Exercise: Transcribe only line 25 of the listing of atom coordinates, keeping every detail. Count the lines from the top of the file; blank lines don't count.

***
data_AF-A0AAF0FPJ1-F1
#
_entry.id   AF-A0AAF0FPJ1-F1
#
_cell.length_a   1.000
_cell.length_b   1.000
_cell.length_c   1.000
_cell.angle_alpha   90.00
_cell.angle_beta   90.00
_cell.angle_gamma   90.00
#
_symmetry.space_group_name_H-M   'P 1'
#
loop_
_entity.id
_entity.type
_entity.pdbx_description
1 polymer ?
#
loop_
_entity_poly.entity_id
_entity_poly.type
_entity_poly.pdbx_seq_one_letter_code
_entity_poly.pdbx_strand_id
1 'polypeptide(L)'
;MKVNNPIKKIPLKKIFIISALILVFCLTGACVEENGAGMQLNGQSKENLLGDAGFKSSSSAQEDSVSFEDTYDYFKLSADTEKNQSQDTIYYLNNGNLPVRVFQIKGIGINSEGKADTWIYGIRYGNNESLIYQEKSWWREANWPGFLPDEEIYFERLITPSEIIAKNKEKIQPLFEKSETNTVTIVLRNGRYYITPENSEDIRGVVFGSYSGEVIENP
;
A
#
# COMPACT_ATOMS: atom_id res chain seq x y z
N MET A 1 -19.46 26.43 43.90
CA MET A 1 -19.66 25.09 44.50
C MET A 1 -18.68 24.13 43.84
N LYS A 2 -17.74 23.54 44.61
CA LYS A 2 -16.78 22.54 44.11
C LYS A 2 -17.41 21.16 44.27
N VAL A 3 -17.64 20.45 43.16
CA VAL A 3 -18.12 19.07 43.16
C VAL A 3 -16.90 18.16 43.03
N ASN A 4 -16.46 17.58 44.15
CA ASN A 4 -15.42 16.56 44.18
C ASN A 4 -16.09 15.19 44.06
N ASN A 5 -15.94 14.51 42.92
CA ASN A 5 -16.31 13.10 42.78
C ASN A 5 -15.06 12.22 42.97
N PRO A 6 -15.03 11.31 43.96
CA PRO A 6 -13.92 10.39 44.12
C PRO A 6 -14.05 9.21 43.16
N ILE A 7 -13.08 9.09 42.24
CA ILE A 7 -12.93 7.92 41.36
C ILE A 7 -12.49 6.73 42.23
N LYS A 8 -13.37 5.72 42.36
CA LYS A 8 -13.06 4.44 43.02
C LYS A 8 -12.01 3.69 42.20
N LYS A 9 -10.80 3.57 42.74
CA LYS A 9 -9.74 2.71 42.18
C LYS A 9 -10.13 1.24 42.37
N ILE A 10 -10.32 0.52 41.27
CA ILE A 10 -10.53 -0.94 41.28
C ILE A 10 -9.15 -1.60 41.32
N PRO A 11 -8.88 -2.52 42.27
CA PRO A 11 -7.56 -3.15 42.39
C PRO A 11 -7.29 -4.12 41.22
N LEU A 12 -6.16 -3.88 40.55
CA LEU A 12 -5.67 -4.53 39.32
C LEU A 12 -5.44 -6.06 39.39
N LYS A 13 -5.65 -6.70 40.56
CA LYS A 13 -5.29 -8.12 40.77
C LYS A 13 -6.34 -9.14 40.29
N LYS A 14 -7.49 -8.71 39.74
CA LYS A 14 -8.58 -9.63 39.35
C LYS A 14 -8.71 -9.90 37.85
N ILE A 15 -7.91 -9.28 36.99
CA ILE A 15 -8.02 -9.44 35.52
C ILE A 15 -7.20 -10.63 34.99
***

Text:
1 'polypeptide(L)'